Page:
In the summer of 1980, baseball fans in the upper deck at Dodger Stadium, in Los Angeles, no longer had to squint to see which player was taking the mound or stepping into the batter’s box. Mitsubishi Electric, an electronics company in Tokyo, installed Diamond Vision, the first really large-scale, video display system, one that showed high-resolution television-like moving images in color. The Diamond Vision screen hung on the stadium wall above the left-field seats, giving fans a closer look at the action and showing instant replays (a new concept at the time).
The US $3 million system was unveiled at Major League Baseball’s 1980 All-Star Game, held in the stadium on 8 July. The screen initially measured 6 meters high and 8.5 meters wide. It was enlarged a year later by a meter in each direction.
This month the technology was named an IEEE Milestone. Administered by the IEEE History Center and supported by donors, the Milestone program recognizes outstanding technical developments around the world.
IN LIVING COLOR
The Diamond Vision system was built at Nagasaki Works, in Japan, and flown to Los Angeles that May for installation. Although large-scale outdoor electronic color displays existed before 1980, they often were used to display a single image such as an advertisement. Mitsubishi developed the first screen that could show high-resolution videos in color. Close-ups of key plays as well as commercials, cartoons, and animated text could now be shown during the game.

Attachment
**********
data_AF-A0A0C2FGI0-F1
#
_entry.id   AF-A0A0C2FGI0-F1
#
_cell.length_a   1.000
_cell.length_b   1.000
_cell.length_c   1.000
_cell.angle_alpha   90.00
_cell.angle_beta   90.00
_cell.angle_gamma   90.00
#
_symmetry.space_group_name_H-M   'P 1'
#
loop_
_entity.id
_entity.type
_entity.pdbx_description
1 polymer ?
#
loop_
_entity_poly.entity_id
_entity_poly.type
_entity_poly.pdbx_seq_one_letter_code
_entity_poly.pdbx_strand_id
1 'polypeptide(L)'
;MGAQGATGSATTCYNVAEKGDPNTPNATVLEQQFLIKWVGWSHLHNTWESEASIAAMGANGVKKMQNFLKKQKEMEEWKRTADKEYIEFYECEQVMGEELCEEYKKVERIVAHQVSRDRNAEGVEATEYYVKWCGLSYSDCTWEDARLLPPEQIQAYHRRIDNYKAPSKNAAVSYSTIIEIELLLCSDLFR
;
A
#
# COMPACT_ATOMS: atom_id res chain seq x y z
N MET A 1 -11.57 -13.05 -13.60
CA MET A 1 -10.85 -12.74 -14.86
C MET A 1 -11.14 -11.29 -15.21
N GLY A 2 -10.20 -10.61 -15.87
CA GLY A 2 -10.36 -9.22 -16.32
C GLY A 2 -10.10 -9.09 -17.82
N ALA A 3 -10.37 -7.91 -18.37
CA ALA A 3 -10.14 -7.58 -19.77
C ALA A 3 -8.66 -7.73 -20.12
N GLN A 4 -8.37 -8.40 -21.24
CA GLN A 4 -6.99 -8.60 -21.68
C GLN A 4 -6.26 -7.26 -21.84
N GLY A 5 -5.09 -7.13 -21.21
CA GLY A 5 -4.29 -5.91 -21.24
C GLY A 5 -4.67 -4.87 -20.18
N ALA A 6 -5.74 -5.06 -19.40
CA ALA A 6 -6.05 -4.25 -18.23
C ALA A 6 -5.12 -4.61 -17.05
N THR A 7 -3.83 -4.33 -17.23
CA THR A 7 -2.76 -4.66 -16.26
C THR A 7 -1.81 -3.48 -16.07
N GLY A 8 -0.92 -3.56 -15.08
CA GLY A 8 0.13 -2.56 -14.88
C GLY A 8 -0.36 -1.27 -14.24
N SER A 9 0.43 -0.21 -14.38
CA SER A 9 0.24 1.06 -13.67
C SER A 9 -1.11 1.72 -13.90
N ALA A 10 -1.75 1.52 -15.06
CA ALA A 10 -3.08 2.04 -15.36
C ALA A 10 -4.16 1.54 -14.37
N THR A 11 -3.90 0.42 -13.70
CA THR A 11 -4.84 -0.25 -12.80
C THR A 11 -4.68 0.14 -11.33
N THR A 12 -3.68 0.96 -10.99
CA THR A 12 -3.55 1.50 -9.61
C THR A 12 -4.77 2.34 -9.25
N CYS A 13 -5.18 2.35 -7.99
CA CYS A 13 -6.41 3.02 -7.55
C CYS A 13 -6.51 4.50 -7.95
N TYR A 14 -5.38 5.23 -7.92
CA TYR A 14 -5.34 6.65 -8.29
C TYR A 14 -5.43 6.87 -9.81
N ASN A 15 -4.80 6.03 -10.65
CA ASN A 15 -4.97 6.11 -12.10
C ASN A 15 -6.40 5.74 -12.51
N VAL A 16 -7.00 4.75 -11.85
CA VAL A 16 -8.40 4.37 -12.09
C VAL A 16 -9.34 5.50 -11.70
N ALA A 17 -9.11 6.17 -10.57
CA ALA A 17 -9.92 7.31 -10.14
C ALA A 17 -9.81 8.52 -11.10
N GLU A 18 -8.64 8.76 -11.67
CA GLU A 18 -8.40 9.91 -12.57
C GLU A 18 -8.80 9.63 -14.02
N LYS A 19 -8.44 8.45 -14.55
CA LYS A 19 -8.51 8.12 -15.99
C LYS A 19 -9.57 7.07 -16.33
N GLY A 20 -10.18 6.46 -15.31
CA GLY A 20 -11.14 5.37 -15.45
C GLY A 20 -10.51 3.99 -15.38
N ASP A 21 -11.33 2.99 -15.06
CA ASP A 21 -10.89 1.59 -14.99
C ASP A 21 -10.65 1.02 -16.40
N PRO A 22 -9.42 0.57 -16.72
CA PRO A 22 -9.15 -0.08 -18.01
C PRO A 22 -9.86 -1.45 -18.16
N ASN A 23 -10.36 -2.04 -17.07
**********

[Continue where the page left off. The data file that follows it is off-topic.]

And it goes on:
According to an Electronic Engineering Times article, the screen incorporated tens of thousands of high-performance RGB (red, green, and blue) cathode-ray tubes (CRTs) as individual pixels arranged in a matrix controlled by a computer. High performance refers to the tubes’ ability to change color quickly enough to reproduce fast-moving images. Each tube consumed 2 watts, about one-tenth the power of incandescent bulbs, the standard at the time.
The display was extremely bright—which was necessary to produce clear images that could be seen in broad daylight. Mitsubishi’s display was 50 percent brighter than one with incandescent bulbs.
Mitsubishi’s CRT matrix was the forerunner of today’s superlarge LED displays, which show ultra-high-definition images and consume even less power. According to Mitsubishi’s website, the company has installed Diamond Vision screens in more than 950 locations worldwide, including NRG Stadium in Houston, the Tokyo Dome sporting arena, and New York City’s Times Square. The screens are found in all manner of sports and entertainment venues.
The first Diamond Vision system was honored on 8 March at Nagasaki Works. A plaque mounted inside the building reads:
Mitsubishi Electric developed the world's first large-scale emissive color video display system and installed it at Dodger Stadium, Los Angeles, California, in 1980. It achieved bright, efficient, high-quality moving images using matrix-addressed cathode-ray tubes (CRTs) as pixels. With increased dimensions and resolution, the system has entertained and informed millions of people in sports facilities and public spaces worldwide.
This article was written with assistance from the IEEE History Center, which is partially funded by donations to the IEEE Foundation.
This article is part of our March 2018 special issue on the future of television.